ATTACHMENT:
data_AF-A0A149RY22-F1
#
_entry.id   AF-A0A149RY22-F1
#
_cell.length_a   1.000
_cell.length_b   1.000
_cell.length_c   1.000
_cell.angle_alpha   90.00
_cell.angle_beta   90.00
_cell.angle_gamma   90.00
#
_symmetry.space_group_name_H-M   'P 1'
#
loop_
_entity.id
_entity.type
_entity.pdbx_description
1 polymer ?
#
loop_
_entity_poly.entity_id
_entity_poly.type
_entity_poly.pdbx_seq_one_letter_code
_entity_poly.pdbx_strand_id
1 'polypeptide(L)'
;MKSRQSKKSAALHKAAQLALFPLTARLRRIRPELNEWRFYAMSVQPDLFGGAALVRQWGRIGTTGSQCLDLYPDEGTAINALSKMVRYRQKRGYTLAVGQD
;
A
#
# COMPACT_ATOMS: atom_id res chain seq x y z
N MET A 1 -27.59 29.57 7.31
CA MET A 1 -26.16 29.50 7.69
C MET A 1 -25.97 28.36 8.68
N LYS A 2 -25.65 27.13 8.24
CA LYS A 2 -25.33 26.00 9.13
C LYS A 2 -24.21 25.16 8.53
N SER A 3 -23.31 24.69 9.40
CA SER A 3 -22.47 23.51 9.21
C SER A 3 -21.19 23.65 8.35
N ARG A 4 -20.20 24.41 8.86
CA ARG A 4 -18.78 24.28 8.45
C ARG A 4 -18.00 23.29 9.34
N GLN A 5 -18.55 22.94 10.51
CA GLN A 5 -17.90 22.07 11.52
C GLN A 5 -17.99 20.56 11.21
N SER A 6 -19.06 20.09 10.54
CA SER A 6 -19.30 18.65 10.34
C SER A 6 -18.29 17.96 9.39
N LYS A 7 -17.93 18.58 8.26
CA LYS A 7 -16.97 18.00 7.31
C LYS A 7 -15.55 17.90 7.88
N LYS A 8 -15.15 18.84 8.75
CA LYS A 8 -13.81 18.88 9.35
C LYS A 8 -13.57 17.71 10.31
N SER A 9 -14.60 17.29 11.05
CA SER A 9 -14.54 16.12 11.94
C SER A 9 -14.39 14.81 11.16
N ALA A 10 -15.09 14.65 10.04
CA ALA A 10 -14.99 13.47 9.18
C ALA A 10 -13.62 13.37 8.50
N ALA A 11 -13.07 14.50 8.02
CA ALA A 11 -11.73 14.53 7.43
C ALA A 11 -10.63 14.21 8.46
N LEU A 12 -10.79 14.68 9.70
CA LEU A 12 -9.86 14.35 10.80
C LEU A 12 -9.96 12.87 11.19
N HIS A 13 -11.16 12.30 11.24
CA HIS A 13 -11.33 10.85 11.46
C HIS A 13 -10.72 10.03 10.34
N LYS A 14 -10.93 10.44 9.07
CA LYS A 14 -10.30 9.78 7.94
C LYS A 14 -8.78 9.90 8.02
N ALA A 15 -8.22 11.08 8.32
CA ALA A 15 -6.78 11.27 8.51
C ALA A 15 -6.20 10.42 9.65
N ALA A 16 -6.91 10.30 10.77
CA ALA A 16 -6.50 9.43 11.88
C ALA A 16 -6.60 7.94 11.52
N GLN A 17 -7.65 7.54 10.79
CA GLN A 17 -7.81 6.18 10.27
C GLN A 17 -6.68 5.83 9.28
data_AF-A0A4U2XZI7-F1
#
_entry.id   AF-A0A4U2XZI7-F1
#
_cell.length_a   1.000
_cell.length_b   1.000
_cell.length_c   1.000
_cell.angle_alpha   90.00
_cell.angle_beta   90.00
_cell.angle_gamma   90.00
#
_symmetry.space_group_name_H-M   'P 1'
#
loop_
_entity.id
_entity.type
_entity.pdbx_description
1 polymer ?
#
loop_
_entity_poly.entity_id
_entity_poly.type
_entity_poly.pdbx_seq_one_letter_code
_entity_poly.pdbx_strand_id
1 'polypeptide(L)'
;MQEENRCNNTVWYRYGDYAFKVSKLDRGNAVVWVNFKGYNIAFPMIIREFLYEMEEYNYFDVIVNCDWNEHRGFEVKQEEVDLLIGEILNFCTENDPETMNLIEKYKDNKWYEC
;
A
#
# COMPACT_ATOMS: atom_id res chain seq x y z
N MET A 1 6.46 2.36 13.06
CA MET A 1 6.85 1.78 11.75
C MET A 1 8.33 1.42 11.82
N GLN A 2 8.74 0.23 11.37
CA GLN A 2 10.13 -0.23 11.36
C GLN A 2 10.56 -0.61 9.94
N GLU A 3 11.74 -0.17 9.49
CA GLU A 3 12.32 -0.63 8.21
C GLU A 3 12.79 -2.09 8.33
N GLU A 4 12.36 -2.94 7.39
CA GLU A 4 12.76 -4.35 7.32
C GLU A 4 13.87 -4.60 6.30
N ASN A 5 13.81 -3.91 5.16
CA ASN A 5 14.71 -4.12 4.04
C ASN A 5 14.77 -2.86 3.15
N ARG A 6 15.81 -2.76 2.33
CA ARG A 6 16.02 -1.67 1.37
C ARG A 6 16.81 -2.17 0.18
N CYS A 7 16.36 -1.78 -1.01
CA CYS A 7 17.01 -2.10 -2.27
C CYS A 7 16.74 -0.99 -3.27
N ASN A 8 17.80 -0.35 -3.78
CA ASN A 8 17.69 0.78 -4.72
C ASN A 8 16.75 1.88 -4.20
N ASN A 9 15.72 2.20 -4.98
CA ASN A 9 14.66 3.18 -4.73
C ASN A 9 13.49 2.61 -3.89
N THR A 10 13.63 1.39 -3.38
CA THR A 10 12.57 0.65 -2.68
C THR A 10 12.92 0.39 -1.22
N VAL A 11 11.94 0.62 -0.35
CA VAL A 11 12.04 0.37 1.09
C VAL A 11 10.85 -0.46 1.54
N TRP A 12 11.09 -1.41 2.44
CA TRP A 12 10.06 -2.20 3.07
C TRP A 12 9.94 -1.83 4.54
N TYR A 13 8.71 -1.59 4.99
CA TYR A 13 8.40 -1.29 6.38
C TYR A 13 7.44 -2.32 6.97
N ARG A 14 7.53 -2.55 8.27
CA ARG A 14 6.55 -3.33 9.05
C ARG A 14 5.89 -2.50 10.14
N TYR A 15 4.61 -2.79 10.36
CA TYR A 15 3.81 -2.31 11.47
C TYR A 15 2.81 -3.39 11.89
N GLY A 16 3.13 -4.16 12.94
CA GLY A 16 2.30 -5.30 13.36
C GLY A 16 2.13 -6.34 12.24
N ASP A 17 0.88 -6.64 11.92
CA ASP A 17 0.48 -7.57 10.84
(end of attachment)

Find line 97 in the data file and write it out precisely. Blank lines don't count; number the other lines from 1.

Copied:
_entity.type